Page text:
NF is back with a new album. Find out why Elio Elia calls it “underwhelming, unremarkable and unrefined” in his review of NF’s album Hope.
On the back of two consecutive Billboard 200 #1 albums, Michigan rapper N.F.’s fifth studio album, Hope, offers a muted variety of what his fans have come to know and love, but what general audiences will continue to express indifference towards.
The album begins with the title track, drawing listeners in with a sparse, almost spoken-word introduction. Soon enough, the string instrumentation swells, and a far louder, brasher, and sonic production barges into the song. This stylistic element will be very familiar to avid listeners of N.F.’s output, as will the direct lyricism employed in the song, championing belief in oneself. “It’s time to give the people something different,” he proclaims, but the remaining songs on the album fail to live up to this promise of novelty.
The song that follows, “Motto”, is a stark criticism on the music industry at large. N.F. champions authentic individualism over industry homogeneity, refusing to bow to label demands to submit a “record full of radio songs”. However, such radio-friendly offerings are present throughout the entire album with songs like “Careful” and “Suffice” which quickly evokes tones of “No Limit” by G-Eazy without the effortless charisma that carried the track, deploying contemporary rap production. There are even songs that lean towards pop music, such as “Gone” and “Mistake”. The former offers a few sonic surprises, with the welcome addition of a female voice to the album. However, both songs are largely forgettable, with neither offering anything notable or unique narratively.
A powerful exception is “Mama” a heartfelt tribute to the rapper’s deceased mother. The song combines potent piano chords, an emotive vocal loop, and a calmer vocal delivery to provide a very moving experience. The frequent refrain of “I gotta know Mama” is incredibly relatable, with the rapper reaching out beyond the confines of mortality, desperate to know if his mother has found peace. It’s the type of piece that is extremely welcome in post-COVID times; a piece that is bound to provide comfort to a hoard of listeners.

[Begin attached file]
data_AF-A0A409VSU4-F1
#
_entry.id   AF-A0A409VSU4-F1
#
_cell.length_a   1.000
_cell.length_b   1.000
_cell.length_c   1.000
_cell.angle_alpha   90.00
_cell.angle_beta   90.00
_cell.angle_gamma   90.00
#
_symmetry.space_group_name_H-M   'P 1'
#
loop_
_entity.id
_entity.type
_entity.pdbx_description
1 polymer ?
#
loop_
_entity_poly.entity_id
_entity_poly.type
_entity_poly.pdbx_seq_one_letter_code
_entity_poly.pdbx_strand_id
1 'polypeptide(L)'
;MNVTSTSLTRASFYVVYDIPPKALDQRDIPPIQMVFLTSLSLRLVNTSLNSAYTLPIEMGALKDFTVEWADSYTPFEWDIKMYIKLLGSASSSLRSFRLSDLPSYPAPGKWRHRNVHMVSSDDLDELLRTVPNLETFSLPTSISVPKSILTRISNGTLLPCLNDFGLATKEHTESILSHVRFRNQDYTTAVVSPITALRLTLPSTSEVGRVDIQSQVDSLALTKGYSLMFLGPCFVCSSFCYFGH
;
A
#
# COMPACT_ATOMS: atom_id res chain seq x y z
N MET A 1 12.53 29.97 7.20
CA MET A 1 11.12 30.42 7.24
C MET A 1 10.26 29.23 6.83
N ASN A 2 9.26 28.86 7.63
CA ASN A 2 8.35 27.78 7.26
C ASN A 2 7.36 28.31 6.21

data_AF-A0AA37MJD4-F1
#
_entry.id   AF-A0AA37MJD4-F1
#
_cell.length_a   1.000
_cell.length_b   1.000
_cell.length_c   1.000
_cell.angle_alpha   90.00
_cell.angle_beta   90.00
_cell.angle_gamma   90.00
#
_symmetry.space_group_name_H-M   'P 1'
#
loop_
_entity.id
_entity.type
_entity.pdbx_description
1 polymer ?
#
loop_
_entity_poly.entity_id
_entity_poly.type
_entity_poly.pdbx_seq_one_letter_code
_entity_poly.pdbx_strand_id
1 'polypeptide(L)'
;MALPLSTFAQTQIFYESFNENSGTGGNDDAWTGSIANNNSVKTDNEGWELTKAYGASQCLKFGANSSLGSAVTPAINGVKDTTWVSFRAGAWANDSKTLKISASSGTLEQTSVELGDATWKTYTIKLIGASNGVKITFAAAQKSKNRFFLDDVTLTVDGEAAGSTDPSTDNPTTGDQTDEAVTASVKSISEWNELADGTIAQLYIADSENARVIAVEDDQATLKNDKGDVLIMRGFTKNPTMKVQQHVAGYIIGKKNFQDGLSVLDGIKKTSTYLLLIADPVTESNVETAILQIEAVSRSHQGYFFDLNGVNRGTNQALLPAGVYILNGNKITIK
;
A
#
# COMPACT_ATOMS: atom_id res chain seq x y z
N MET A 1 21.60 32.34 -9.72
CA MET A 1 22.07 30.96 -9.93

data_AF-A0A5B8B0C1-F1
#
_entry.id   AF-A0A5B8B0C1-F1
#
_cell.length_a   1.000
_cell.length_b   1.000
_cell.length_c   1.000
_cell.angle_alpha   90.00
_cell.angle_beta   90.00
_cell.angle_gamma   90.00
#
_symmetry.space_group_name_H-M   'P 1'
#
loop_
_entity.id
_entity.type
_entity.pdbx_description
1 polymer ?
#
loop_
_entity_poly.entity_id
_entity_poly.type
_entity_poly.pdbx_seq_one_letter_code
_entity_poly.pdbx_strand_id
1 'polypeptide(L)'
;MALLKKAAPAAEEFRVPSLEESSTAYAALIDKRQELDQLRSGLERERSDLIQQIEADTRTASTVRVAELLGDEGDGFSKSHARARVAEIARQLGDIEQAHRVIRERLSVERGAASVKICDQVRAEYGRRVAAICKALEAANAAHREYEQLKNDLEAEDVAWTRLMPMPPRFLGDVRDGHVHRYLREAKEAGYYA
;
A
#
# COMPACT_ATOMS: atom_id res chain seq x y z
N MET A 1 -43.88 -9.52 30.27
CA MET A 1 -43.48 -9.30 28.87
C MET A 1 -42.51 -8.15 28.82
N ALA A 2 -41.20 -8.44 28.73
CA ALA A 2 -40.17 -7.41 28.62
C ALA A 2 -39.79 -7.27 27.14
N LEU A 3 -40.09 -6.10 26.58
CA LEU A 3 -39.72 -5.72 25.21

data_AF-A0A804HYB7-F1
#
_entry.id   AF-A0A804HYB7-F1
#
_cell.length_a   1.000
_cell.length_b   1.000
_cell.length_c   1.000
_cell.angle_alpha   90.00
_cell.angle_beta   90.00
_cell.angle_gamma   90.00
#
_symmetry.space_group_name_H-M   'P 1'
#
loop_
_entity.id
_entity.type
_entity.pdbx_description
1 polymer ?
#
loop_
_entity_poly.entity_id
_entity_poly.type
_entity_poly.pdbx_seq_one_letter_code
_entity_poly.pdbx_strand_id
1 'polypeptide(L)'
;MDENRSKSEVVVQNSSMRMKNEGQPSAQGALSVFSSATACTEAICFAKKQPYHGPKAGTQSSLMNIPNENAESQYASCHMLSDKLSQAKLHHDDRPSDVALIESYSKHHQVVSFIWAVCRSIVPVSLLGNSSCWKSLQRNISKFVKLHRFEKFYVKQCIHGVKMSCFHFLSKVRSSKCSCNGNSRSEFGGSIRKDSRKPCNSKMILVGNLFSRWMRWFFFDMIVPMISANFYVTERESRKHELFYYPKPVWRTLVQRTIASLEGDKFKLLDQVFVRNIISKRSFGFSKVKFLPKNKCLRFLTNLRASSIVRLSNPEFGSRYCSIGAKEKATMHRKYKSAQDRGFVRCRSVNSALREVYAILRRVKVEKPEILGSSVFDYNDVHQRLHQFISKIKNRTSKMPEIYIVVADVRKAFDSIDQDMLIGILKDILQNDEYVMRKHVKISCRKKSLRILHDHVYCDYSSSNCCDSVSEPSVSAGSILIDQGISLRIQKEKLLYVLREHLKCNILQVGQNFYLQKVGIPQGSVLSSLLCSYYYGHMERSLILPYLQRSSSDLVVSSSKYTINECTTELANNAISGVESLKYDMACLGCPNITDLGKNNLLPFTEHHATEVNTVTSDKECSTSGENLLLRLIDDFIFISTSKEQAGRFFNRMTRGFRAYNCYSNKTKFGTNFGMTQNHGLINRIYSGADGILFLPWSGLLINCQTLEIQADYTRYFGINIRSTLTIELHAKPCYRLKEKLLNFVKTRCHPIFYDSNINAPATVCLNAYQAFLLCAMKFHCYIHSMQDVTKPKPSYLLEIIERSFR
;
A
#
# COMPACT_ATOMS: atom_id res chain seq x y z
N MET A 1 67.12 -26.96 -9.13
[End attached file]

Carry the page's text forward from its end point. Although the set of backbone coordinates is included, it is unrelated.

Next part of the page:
For a rapper whose last album was released before the pandemic, the record contains extensive ruminations, self-criticisms, and introspections. However, such elements are not rare in N.F.’s previous work as he is never one to shy away from darker, heavier topics. What is more surprising, though, is that for an introspective rapper who had his first born child between his last release and now, there is very little on the album that covers the experience of fatherhood. An exception is “Bullet”, a song that combines a modern sonic palette with N.F.’s classic flow and cadence to provide a love letter to his wife. It is one of the brief moments on the album where the rapper feels more like a person, a human being, as opposed to a smorgasbord of extreme emotions.
Such extremities are present in songs like “Happy”, one of the stronger productions on the album, incorporating more subtlety to convey its message. Lyrically, the song sees the rapper lamenting baggage, trauma, issues, and not for the first or last time, without necessarily making the story his own. It’s quickly offset by the track that follows, “Pandemonium”, where a brasher production makes a return behind self-aggrandizing lyrics that feel more repetitive as the song labors on. Such braggadocio is also prominent in “Let Em Pray” and “Turn My Back”.
The latter is the album’s strongest offering of considerate wordplay, internal rhyme, and other sound devices. In addition to a playful diss on Drake, which lands as randomly as one would imagine, the song contains praise for Kanye West. For an artist making a living in a genre that is so deeply rooted in the African American experience, the praise for West, whose thoughtless recklessness, such as wearing an “All Lives Matter” T-shirt, has inflicted damage on both African Americans and other marginalized groups, reads as sorely inappropriate, which feels self-defeating to the overall point of the song.
The final song on the album is “Running”, a slower, acoustic guitar-heavy track that sees the rapper determined to stop running to face his demons and finally let go. Along with lyrics that feel like a first-draft, the pop-production is sparse, and at numerous points it feels like the song is going to explode into something, but it doesn’t. It’s a slightly underwhelming end to a slightly underwhelming album. Overall, there is a fair amount to commend about the record, and loyal fans of N.F. will certainly derive immense joy, thrill, and comfort in many of the offerings. However, for others, the album can at times feel half-baked, unrefined, repetitive, self-conflicting, and, most of all, unremarkable.
By Elio Elia
SINGLE REVIEW – DRAKE GOES BACK TO HIS EMO ROOTS ON SEARCH & RESCUE